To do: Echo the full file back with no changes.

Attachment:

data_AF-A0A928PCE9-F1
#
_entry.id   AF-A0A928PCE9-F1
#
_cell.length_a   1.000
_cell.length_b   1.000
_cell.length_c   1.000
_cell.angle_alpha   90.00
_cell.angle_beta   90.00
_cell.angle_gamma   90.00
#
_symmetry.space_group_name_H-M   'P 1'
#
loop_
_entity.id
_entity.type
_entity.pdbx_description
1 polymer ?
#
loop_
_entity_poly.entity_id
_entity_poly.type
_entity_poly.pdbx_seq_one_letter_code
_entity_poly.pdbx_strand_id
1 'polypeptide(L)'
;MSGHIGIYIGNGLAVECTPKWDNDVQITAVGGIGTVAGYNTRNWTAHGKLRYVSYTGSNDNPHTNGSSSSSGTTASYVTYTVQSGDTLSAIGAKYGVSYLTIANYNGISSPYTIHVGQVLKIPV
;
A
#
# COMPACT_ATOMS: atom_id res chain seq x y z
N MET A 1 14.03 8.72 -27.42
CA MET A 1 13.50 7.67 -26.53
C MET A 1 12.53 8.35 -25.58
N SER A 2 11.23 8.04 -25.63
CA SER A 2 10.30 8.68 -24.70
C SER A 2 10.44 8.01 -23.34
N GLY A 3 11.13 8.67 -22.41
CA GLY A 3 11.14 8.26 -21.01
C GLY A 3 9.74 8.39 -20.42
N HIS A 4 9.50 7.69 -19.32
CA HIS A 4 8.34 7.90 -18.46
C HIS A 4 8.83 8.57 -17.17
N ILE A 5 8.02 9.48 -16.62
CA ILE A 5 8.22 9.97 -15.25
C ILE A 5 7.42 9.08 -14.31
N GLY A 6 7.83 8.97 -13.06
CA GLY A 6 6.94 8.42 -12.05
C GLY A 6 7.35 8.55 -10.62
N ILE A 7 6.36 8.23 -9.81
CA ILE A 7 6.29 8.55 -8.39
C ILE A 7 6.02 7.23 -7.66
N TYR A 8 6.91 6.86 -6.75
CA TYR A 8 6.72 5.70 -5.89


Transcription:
data_AF-A0A928PCE9-F1
#
_entry.id   AF-A0A928PCE9-F1
#
_cell.length_a   1.000
_cell.length_b   1.000
_cell.length_c   1.000
_cell.angle_alpha   90.00
_cell.angle_beta   90.00
_cell.angle_gamma   90.00
#
_symmetry.space_group_name_H-M   'P 1'
#
loop_
_entity.id
_entity.type
_entity.pdbx_description
1 polymer ?
#
loop_
_entity_poly.entity_id
_entity_poly.type
_entity_poly.pdbx_seq_one_letter_code
_entity_poly.pdbx_strand_id
1 'polypeptide(L)'
;MSGHIGIYIGNGLAVECTPKWDNDVQITAVGGIGTVAGYNTRNWTAHGKLRYVSYTGSNDNPHTNGSSSSSGTTASYVTYTVQSGDTLSAIGAKYGVSYLTIANYNGISSPYTIHVGQVLKIPV
;
A
#
# COMPACT_ATOMS: atom_id res chain seq x y z
N MET A 1 14.03 8.72 -27.42
CA MET A 1 13.50 7.67 -26.53
C MET A 1 12.53 8.35 -25.58
N SER A 2 11.23 8.04 -25.63
CA SER A 2 10.30 8.68 -24.70
C SER A 2 10.44 8.01 -23.34
N GLY A 3 11.13 8.67 -22.41
CA GLY A 3 11.14 8.26 -21.01
C GLY A 3 9.74 8.39 -20.42
N HIS A 4 9.50 7.69 -19.32
CA HIS A 4 8.34 7.90 -18.46
C HIS A 4 8.83 8.57 -17.17
N ILE A 5 8.02 9.48 -16.62
CA ILE A 5 8.22 9.97 -15.25
C ILE A 5 7.42 9.08 -14.31
N GLY A 6 7.83 8.97 -13.06
CA GLY A 6 6.94 8.42 -12.05
C GLY A 6 7.35 8.55 -10.62
N ILE A 7 6.36 8.23 -9.81
CA ILE A 7 6.29 8.55 -8.39
C ILE A 7 6.02 7.23 -7.66
N TYR A 8 6.91 6.86 -6.75
CA TYR A 8 6.72 5.70 -5.89